My core research area focuses on debates over the potential for agricultural biotechnology to improve yields and livelihoods in Sub-Saharan Africa.
Over the past twenty years Africa has emerged as one of the most contentious sites for debates over the potential for biotechnologies—including Tissue Culture, Genetically Modified (GM) crops and gene edited crops—to transform agricultural production for smallholder, subsistence farmers.
Ongoing projects within this research stream include:
Improved Varieties of Matooke Banana in Uganda
Over the past ten years I have been undertaking research investigating farmer attitudes and intentions to adopt improved varieties of matooke banana, the primary carbohydrate staple in Uganda. I have also undertaken a series of studies investigating the promotion and regulation of biotechnology in Uganda.
Gendered Impacts of New Breeding Technologies
I lead an interdisciplinary partnership investigating the gender differentiated impacts of new breeding technologies in Uganda, South Africa, Kenya and Ghana. We co-developed a two-day workshop with farmers that utilizes focus group discussions, value chain mapping, and ranking exercises with mixed and segregated groups of men and women farmers in each group to better understand how the introduction of new breeding technologies impacts intra-household dynamics, with a focus on the impacts on women farmers.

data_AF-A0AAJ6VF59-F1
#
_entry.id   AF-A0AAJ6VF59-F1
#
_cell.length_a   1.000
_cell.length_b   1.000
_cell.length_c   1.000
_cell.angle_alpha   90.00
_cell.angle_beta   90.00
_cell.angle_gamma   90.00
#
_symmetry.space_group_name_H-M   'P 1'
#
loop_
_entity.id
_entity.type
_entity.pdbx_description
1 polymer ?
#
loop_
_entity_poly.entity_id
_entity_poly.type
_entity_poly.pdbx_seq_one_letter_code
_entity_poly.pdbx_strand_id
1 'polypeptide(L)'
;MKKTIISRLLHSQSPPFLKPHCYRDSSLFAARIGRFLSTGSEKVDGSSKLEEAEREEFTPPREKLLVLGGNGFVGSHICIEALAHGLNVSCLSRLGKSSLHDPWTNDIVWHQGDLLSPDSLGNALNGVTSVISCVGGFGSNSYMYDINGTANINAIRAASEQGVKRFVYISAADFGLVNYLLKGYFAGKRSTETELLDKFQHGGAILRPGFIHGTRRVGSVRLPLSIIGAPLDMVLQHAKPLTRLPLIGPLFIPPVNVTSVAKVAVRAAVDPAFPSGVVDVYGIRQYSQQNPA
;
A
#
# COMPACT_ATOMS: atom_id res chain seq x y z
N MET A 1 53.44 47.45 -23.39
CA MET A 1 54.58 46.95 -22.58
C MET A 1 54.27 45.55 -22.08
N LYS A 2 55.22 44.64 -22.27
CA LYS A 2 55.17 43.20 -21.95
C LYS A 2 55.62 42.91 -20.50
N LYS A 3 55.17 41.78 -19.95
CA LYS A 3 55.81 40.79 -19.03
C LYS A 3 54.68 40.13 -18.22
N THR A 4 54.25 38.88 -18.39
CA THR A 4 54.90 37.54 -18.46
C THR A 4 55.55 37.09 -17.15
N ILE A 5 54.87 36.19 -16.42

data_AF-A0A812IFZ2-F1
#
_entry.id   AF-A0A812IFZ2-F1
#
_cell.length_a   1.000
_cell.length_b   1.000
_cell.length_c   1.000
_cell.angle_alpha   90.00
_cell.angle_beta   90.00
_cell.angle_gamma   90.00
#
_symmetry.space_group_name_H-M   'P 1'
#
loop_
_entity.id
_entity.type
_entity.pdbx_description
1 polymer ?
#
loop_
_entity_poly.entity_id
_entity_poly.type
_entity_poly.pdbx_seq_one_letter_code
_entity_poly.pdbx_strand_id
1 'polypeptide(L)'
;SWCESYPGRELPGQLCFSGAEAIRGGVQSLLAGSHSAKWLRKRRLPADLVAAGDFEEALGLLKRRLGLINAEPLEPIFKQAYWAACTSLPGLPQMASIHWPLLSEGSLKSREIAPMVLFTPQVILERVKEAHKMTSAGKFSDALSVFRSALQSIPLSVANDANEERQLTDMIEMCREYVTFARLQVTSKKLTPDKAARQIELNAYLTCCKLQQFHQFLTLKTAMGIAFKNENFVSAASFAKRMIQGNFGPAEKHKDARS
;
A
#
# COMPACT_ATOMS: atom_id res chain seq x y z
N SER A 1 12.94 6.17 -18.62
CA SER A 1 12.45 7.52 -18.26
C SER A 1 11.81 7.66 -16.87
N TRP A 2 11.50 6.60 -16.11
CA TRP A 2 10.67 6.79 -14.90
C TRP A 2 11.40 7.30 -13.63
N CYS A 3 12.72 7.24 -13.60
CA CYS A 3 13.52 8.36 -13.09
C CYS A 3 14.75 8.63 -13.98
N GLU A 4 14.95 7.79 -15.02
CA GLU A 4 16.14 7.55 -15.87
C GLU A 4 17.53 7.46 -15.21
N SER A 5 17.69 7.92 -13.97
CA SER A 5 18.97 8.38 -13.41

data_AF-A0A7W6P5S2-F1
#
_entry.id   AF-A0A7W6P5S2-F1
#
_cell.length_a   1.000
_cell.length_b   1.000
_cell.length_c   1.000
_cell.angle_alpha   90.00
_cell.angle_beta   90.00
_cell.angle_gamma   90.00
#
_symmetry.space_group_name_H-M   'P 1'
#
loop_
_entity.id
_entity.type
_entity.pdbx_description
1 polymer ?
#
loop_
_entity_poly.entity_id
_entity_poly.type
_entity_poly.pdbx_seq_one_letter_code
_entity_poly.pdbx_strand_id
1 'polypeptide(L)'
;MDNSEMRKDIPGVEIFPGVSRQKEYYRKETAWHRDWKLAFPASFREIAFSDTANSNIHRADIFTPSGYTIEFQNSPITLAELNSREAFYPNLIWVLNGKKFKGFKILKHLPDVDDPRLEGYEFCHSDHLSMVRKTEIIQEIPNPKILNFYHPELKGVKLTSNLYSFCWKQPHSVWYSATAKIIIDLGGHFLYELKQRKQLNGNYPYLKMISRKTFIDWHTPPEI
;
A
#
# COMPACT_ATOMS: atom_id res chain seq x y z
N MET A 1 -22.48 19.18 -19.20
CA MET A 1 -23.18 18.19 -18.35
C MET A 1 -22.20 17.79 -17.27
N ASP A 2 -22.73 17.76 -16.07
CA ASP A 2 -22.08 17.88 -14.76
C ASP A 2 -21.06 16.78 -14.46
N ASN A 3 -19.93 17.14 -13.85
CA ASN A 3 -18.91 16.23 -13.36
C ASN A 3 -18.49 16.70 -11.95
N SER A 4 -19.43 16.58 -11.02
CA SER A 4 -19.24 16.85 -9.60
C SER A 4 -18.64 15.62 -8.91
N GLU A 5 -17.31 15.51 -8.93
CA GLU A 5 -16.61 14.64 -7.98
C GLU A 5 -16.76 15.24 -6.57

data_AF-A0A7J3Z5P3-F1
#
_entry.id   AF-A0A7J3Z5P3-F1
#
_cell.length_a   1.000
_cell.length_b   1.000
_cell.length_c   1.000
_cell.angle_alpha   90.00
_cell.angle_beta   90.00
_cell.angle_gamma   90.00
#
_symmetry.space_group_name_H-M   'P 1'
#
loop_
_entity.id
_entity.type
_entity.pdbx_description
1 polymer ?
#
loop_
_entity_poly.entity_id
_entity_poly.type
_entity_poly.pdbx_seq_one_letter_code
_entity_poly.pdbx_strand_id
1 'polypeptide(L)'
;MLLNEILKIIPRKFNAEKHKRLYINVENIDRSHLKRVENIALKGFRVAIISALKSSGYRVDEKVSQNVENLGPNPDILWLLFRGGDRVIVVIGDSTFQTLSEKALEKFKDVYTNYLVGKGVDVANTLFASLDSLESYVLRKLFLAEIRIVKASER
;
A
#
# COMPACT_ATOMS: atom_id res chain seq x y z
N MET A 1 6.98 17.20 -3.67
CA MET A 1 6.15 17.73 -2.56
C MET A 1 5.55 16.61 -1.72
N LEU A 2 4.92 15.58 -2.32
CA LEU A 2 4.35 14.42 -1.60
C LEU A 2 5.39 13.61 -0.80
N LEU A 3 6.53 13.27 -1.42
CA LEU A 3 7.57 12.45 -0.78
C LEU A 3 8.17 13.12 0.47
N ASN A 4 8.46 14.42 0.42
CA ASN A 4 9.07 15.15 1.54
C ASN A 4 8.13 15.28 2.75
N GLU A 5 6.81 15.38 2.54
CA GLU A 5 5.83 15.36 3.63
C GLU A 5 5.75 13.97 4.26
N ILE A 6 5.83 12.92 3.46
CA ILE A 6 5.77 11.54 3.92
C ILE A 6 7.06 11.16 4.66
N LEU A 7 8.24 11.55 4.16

Gene Editing in Europe and Africa
The emergence of gene editing tools like CRISPR have prompted renewed interest in conversations around the regulatory needs of improved crop varieties. In response to this growing debate, I lead an international network of researchers with expertise in the social sciences to explore the domestic and international ramifications of the EU’s policy and regulatory approach to genome editing in agriculture. The network will explore key development events in gene editing and the implications on agriculture through three hubs: policy, practice, and public perceptions. Learn more